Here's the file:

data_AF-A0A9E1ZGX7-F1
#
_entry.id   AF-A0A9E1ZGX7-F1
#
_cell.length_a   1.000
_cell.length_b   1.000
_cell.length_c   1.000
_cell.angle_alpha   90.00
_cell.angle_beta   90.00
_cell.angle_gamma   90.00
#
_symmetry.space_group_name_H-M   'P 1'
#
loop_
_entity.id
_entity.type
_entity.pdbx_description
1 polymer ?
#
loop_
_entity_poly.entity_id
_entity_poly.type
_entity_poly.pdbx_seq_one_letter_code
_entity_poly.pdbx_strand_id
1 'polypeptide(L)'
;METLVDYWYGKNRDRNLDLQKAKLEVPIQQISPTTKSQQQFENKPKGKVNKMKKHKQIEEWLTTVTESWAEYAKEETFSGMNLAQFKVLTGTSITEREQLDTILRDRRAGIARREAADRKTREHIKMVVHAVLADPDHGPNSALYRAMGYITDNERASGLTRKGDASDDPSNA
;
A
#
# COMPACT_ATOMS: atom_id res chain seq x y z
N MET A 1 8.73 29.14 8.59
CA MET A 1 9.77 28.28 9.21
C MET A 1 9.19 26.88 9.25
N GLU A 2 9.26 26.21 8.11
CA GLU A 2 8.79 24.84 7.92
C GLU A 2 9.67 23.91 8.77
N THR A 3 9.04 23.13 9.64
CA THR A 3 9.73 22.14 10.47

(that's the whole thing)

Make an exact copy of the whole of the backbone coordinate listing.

data_AF-A0A9E1ZGX7-F1
#
_entry.id   AF-A0A9E1ZGX7-F1
#
_cell.length_a   1.000
_cell.length_b   1.000
_cell.length_c   1.000
_cell.angle_alpha   90.00
_cell.angle_beta   90.00
_cell.angle_gamma   90.00
#
_symmetry.space_group_name_H-M   'P 1'
#
loop_
_entity.id
_entity.type
_entity.pdbx_description
1 polymer ?
#
loop_
_entity_poly.entity_id
_entity_poly.type
_entity_poly.pdbx_seq_one_letter_code
_entity_poly.pdbx_strand_id
1 'polypeptide(L)'
;METLVDYWYGKNRDRNLDLQKAKLEVPIQQISPTTKSQQQFENKPKGKVNKMKKHKQIEEWLTTVTESWAEYAKEETFSGMNLAQFKVLTGTSITEREQLDTILRDRRAGIARREAADRKTREHIKMVVHAVLADPDHGPNSALYRAMGYITDNERASGLTRKGDASDDPSNA
;
A
#
# COMPACT_ATOMS: atom_id res chain seq x y z
N MET A 1 8.73 29.14 8.59
CA MET A 1 9.77 28.28 9.21
C MET A 1 9.19 26.88 9.25
N GLU A 2 9.26 26.21 8.11
CA GLU A 2 8.79 24.84 7.92
C GLU A 2 9.67 23.91 8.77
N THR A 3 9.04 23.13 9.64
CA THR A 3 9.73 22.14 10.47